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By Paul Callinan MSc, ND, DHom, PhD

Recently homoeopathic medicine has risen to new heights of controversy in the world of medical science. Nature, a prestigious journal in the field of Bioscience, has taken the unprecedented step of issuing a warning to readers to suspend judgment on one of its printed research papers. The author and principal experimenter, Professor Jacques Benveniste of the French Medical Research Council, has been subjected to scorn, ridicule, and critical investigation of his experimental procedures because the results he printed supported homoeopathic medicine. Paul Callinan, one of Australia's few homoeopathic researchers, looks at the past and present of this contentious medicine.

The rising profile of homoeopathy has produced something of a dilemma in the world of medicine: does it work or doesn't it? The decision bites deep: if homoeopathic medicine is nothing but fraud, quackery, and placebo, as many of its opponents would maintain, then a large number of competently trained homoeopaths and doctors, together with countless thousands of dedicated lay practitioners have been led up the medical garden path. Their millions of patients, including many heads of state and prominent members of several of Europe's royal families, have fallen victim to the most successful medical hoax ever perpetrated. On the other hand, if homoeopathic medicine is effective, then for the first time in more than a hundred years the Western world is on the verge of developing an entirely new system of medicine. The medicines are non-toxic and easily manufactured; they are also very cheap.

During the 170 years of its existence, homoeopathy has been the centre of continual and often bitter medical controversy. It has been particularly opposed by orthodox medicine, otherwise known as allopathy. But recently, both research and patient support has grown at a rapid pace. Yet rather than being hailed as a possible new medical breakthrough to give better health for all, it has been ridiculed, ignored and systematically suppressed.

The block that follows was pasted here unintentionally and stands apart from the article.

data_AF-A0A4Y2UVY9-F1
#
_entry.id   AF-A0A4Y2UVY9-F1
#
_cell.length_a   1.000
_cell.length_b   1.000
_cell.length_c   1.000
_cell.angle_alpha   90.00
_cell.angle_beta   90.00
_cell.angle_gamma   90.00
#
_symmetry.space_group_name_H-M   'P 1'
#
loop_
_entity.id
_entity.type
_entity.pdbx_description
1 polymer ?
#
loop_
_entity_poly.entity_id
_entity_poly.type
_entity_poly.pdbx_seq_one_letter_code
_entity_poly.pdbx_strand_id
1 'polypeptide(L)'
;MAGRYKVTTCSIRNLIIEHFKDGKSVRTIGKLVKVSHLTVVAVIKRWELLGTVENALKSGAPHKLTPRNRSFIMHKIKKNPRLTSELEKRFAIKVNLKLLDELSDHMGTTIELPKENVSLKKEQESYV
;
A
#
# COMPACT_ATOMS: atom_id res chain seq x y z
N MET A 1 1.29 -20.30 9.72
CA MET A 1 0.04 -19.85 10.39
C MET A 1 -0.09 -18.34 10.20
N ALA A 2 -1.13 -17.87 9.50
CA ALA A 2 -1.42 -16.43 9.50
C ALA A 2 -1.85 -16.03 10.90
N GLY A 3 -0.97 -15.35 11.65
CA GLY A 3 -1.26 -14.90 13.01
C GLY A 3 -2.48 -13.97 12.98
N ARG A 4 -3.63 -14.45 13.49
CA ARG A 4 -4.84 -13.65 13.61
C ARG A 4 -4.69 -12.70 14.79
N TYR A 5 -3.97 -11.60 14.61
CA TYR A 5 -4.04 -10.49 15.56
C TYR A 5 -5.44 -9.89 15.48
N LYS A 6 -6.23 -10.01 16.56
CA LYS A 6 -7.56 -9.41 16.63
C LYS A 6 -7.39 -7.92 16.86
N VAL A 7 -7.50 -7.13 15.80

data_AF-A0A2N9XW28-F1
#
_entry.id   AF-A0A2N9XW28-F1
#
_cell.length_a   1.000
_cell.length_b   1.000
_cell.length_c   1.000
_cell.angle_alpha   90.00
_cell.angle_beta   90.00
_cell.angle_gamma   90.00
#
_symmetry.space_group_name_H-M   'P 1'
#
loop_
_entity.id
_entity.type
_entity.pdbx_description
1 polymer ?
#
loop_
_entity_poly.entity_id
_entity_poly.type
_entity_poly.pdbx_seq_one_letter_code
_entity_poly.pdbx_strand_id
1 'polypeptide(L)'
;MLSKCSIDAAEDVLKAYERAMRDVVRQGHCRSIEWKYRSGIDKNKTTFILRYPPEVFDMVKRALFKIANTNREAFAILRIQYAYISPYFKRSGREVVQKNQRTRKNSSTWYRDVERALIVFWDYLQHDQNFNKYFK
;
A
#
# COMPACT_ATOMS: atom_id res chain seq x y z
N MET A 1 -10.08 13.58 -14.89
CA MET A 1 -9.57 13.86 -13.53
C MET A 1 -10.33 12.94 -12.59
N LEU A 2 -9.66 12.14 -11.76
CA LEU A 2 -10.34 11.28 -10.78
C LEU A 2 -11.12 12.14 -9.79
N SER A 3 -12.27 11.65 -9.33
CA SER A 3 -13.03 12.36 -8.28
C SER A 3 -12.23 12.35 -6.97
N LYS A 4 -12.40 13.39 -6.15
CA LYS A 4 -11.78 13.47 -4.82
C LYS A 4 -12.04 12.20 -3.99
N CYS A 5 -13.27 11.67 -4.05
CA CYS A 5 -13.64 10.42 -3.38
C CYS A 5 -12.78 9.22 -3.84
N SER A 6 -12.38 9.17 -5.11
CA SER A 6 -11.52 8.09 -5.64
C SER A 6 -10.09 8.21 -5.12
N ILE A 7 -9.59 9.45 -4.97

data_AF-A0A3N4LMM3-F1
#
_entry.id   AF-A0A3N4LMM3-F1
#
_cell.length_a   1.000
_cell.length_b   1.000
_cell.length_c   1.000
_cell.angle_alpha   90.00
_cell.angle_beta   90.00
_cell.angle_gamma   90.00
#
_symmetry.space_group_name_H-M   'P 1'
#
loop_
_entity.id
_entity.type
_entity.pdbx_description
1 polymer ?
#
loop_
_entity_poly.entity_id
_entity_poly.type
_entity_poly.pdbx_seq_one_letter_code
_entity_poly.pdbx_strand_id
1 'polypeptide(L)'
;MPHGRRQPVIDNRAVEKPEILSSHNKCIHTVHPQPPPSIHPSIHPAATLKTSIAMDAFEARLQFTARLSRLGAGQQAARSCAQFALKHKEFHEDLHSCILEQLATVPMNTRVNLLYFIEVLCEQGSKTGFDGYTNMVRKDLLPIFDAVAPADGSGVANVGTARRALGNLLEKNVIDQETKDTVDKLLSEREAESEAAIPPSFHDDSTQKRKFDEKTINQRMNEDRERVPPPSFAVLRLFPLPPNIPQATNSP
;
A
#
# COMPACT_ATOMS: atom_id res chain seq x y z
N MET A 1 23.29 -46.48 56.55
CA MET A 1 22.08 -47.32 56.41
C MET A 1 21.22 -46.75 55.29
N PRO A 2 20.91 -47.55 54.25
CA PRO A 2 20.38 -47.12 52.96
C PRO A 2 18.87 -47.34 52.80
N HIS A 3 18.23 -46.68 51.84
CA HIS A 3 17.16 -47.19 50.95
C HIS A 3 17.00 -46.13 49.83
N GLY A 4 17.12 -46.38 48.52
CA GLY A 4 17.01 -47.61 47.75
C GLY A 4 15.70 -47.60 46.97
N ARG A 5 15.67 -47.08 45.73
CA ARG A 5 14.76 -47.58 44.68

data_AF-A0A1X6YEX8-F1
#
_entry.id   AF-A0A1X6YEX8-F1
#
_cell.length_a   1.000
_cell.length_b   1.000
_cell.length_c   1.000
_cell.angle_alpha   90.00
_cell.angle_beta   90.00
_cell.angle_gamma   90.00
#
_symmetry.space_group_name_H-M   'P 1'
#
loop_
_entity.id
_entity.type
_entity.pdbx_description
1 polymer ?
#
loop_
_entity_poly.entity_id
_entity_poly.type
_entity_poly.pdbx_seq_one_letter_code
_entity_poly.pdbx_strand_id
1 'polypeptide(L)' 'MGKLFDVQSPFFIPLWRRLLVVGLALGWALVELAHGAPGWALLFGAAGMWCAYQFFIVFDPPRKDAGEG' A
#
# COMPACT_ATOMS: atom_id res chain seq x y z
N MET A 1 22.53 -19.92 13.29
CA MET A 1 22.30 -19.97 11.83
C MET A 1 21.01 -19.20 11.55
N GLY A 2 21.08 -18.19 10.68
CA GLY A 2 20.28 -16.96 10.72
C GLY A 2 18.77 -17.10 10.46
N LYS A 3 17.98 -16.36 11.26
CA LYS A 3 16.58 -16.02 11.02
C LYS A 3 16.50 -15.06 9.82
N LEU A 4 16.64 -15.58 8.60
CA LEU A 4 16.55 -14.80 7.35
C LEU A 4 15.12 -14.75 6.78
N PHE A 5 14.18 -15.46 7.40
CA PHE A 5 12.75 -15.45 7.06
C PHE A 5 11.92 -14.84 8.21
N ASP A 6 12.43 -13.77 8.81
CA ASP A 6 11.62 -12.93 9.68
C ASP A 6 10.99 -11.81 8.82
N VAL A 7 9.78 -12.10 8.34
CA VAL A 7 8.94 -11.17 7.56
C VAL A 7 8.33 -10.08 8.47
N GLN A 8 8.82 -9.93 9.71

Clearly, something is wrong. The problem is that homoeopathic medicines can be diluted to such extremes that it can be shown physically, chemically, and mathematically that there is nothing in the final dose but water. Obviously then, the objection goes, any medicinal effect is nothing but placebo, and the homoeopaths are both frauds and charlatans.

Yet the origins of homoeopathic medicine are both honorable and orthodox. It was developed in Germany by the research of Dr. Samuel Hahnemann (1755-1834), who as well as being an experienced orthodox physician was also a competent chemist, a good mineralogist and botanist, and an able translator of eight different languages. His research stemmed from dissatisfaction with the standard medical practices of his time: routine bleedings, heroic purgings with cathartics, and administration of large doses of crude drugs. While translating Cullen's Materia Medica into German, he was struck by a hitherto unexplored medical observation, first mentioned by Hippocrates. Cullen had proposed that the notable success of cinchona (an extract of quinine bark) in the treatment of swamp fever was due to its value as a stomach tonic. Hahnemann disagreed, and in his research on the question decided to take a course of the cinchona extract himself. To his surprise, he developed a set of symptoms remarkably similar to those of the swamp fever it was used to treat. All the symptoms disappeared when he stopped taking it. Further administration to himself and his family always produced the same symptoms, varying only in degree.

This was a strange phenomenon, uncited in the medical literature of the day. A remedy which was effective in a particular disease would produce a similar set of symptoms in a healthy person, when given in sufficient doses. In searching for precedents for this effect, he established that the first mention made of it was in the writings of Hippocrates (460-377 B.C.), regarded by the orthodoxy as the father of modern medicine. Hippocrates had said that likes can be cured by likes: that vomiting may be stopped by being made to vomit, and any illness caused by one means can be treated successfully by a similar means.

The Law of Similars